Shanghai Sunday-Wandering the former French Concession

On a Sunday walkabout with Thom, we once again found ourselves the only Westerners on a very local street. As we wandered around the former French Concession, we observed how the average Shanghai citizen enjoys their Sundays-usually their only day off during the week. street hair cut

street sewing

The sidewalks are where the people live and get their chores done, whether it is a hair cut or having their pants hemmed. Using a sewing machine that I would consider an antique, it gets the job done for customers needing repairs to their clothes.  Carefully trimming one woman’s hair, the sidewalk barber may lack a fancy salon but her customer obviously didn’t care.

Most dining is done curbside, usually eating noodles from the vendors who cook on hot plates and open fires and served on folding tables. Of course, there is always some interesting “street meat” hanging for those courageous enough to try it. Not me, of course!  String of meat anyone-your guess what it is???street meat

And no need to book a truck to move your very heavy furniture when you have pedal power. It’s amazing what you can fit onto a bicycle and a cart!  Moving day-cycle style!WP_20131215_033

It will be interesting to see how life changes on the streets as the weather gets colder.

Will the bicycles keep on carrying their heavy loads and moving cargo where it needs to go?  Will the sidewalk barber and seamstress continue to take care of customers as usual in icy conditions?  The Chinese are a hardy bunch so I’m imaging that nothing stops them from going about business as usual.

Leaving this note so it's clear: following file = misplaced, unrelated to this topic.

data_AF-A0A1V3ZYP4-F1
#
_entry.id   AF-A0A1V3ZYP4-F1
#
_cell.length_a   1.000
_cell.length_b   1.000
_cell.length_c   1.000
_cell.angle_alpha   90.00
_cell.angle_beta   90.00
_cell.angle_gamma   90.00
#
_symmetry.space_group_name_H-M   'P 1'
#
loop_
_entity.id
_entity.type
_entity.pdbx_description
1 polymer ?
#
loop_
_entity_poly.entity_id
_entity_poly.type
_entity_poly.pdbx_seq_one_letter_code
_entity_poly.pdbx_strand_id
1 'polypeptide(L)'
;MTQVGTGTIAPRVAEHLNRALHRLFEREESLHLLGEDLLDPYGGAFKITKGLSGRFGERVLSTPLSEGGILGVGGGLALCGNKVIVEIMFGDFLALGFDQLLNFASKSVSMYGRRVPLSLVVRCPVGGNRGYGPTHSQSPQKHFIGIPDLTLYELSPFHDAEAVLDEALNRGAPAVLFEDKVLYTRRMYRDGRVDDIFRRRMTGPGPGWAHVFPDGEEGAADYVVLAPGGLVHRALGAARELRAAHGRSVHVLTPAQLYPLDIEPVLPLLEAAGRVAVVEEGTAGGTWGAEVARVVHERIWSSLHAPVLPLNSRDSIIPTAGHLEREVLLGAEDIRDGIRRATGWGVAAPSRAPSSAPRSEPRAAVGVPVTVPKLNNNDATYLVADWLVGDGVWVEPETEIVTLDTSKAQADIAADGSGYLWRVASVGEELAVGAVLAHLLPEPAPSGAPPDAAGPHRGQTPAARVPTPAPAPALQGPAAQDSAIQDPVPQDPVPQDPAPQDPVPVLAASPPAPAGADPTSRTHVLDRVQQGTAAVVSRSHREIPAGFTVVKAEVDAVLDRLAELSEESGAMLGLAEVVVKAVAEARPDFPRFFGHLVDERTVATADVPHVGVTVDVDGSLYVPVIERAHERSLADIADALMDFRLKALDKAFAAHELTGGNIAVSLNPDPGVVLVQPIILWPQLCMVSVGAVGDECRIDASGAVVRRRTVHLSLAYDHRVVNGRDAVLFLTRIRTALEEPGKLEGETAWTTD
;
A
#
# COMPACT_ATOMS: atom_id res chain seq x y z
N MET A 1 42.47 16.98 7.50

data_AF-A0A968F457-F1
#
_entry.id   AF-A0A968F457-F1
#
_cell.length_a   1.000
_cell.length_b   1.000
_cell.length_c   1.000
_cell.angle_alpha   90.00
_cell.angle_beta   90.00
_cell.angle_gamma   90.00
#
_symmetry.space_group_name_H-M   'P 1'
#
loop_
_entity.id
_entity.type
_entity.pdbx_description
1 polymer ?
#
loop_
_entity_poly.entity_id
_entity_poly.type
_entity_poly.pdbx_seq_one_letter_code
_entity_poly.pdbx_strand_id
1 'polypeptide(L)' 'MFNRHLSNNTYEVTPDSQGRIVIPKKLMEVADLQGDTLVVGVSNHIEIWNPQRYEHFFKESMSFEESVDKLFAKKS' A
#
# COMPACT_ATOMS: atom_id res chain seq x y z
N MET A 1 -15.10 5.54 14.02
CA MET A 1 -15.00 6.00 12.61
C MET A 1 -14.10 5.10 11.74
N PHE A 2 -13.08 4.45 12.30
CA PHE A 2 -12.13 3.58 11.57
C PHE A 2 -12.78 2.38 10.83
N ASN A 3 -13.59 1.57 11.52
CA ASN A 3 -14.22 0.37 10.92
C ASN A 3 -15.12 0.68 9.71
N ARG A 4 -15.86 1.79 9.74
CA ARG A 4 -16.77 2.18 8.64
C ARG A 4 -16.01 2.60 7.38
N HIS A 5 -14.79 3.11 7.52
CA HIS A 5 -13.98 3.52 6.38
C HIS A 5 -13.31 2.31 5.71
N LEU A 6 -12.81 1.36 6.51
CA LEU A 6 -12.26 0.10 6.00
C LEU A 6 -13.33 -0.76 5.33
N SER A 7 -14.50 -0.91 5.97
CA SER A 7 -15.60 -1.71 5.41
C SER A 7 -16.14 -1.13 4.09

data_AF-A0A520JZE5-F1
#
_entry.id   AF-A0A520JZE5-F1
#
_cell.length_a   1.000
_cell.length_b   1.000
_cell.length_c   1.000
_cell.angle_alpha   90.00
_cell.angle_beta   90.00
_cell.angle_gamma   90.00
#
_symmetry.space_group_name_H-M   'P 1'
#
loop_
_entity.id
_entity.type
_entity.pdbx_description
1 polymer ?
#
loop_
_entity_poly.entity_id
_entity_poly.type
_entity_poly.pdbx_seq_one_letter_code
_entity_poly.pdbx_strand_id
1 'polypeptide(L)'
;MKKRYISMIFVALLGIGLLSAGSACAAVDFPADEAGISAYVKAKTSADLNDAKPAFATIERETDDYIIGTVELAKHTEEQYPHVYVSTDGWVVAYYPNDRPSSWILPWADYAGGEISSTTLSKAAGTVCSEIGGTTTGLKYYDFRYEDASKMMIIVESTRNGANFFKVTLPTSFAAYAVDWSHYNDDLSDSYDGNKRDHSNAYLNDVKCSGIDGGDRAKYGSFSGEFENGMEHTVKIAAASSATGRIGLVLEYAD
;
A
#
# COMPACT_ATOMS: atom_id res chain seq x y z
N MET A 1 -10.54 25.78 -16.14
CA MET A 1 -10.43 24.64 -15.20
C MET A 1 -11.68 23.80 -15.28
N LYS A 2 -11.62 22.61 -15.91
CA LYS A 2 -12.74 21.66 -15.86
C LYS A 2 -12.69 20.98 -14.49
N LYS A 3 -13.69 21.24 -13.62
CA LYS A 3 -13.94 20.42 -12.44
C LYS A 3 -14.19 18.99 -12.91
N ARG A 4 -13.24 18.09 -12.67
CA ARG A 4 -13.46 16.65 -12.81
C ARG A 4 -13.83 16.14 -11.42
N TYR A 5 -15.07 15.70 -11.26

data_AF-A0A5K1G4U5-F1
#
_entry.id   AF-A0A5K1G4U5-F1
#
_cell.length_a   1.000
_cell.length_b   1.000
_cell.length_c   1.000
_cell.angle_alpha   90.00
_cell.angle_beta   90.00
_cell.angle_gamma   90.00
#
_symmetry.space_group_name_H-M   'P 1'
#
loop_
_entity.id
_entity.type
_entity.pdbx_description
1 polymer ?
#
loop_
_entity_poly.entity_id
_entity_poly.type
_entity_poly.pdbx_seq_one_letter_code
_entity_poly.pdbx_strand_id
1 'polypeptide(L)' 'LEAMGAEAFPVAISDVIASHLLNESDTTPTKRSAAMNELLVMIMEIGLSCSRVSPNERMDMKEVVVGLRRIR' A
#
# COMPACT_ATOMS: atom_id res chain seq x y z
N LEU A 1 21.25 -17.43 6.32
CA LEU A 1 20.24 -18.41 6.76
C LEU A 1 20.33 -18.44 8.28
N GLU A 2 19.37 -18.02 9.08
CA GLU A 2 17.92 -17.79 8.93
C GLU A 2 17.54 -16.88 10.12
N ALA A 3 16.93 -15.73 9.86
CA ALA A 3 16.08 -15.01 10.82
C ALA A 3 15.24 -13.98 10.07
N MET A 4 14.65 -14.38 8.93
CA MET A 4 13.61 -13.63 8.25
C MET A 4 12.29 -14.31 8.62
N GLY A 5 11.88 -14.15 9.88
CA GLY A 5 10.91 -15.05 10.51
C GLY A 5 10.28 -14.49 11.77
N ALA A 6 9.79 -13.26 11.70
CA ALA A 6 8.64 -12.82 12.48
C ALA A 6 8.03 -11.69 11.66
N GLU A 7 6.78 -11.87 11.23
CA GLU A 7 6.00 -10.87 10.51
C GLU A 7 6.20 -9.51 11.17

One street we walked had very specific rules posted on every bar, primarily it looked like for the ex pats who like to drink and get rowdy apparently.

street rules

We had heard about this area’s reputation.  This street is lined with expat-friendly bars but upstairs the locals live and it was reported that they have come up with creative ways to stop the late night partying–they simply dump their bathwater on the patrons sitting outside to get them to shut up late at night after they have had too many brews.  I can only imagine what that scene must have looked like before the bars put up the current awnings to keep their customers dry.  We’ll have to come back at 10 p.m. one night to see if they really do close that early.  I can’t imagine anyone complies with these rules.  That would be very un-Chinese and contrary to doing business but one never knows.  If I got someone’s bathwater dumped on me, I might be compelled to comply with just about any rule.

 

 

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